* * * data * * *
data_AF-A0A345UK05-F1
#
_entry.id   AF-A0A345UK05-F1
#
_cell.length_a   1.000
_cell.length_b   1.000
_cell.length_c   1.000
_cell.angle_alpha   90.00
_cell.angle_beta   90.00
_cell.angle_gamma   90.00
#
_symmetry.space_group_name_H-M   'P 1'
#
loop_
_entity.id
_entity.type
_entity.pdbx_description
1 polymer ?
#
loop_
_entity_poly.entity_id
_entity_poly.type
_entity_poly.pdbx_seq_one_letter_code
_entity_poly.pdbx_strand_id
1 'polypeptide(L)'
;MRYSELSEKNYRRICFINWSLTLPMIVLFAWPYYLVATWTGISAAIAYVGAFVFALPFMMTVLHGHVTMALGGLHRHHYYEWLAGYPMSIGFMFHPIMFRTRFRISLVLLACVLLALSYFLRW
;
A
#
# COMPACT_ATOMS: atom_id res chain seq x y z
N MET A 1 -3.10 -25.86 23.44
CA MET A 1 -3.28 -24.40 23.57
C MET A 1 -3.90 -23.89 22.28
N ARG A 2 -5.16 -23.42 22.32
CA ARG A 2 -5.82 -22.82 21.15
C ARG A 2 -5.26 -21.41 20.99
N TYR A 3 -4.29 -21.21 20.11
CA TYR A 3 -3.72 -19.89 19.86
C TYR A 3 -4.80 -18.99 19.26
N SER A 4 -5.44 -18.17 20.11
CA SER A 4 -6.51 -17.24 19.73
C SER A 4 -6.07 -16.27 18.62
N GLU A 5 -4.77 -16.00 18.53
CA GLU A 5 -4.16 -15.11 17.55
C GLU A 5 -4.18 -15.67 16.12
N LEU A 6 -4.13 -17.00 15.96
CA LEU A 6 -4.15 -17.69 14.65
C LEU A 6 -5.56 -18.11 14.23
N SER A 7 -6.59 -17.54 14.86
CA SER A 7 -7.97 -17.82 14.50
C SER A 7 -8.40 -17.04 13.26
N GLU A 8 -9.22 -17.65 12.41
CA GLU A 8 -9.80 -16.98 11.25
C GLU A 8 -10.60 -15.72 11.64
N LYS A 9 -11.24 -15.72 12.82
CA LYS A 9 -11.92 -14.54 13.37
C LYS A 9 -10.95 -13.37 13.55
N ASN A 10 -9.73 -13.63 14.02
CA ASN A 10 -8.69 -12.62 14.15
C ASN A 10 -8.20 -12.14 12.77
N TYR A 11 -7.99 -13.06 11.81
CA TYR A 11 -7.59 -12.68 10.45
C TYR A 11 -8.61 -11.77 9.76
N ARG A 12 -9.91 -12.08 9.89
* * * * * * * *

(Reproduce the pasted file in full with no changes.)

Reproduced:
data_AF-A0A345UK05-F1
#
_entry.id   AF-A0A345UK05-F1
#
_cell.length_a   1.000
_cell.length_b   1.000
_cell.length_c   1.000
_cell.angle_alpha   90.00
_cell.angle_beta   90.00
_cell.angle_gamma   90.00
#
_symmetry.space_group_name_H-M   'P 1'
#
loop_
_entity.id
_entity.type
_entity.pdbx_description
1 polymer ?
#
loop_
_entity_poly.entity_id
_entity_poly.type
_entity_poly.pdbx_seq_one_letter_code
_entity_poly.pdbx_strand_id
1 'polypeptide(L)'
;MRYSELSEKNYRRICFINWSLTLPMIVLFAWPYYLVATWTGISAAIAYVGAFVFALPFMMTVLHGHVTMALGGLHRHHYYEWLAGYPMSIGFMFHPIMFRTRFRISLVLLACVLLALSYFLRW
;
A
#
# COMPACT_ATOMS: atom_id res chain seq x y z
N MET A 1 -3.10 -25.86 23.44
CA MET A 1 -3.28 -24.40 23.57
C MET A 1 -3.90 -23.89 22.28
N ARG A 2 -5.16 -23.42 22.32
CA ARG A 2 -5.82 -22.82 21.15
C ARG A 2 -5.26 -21.41 20.99
N TYR A 3 -4.29 -21.21 20.11
CA TYR A 3 -3.72 -19.89 19.86
C TYR A 3 -4.80 -18.99 19.26
N SER A 4 -5.44 -18.17 20.11
CA SER A 4 -6.51 -17.24 19.73
C SER A 4 -6.07 -16.27 18.62
N GLU A 5 -4.77 -16.00 18.53
CA GLU A 5 -4.16 -15.11 17.55
C GLU A 5 -4.18 -15.67 16.12
N LEU A 6 -4.13 -17.00 15.96
CA LEU A 6 -4.15 -17.69 14.65
C LEU A 6 -5.56 -18.11 14.23
N SER A 7 -6.59 -17.54 14.86
CA SER A 7 -7.97 -17.82 14.50
C SER A 7 -8.40 -17.04 13.26
N GLU A 8 -9.22 -17.65 12.41
CA GLU A 8 -9.80 -16.98 11.25
C GLU A 8 -10.60 -15.72 11.64
N LYS A 9 -11.24 -15.72 12.82
CA LYS A 9 -11.92 -14.54 13.37
C LYS A 9 -10.95 -13.37 13.55
N ASN A 10 -9.73 -13.63 14.02
CA ASN A 10 -8.69 -12.62 14.15
C ASN A 10 -8.20 -12.14 12.77
N TYR A 11 -7.99 -13.06 11.81
CA TYR A 11 -7.59 -12.68 10.45
C TYR A 11 -8.61 -11.77 9.76
N ARG A 12 -9.91 -12.08 9.89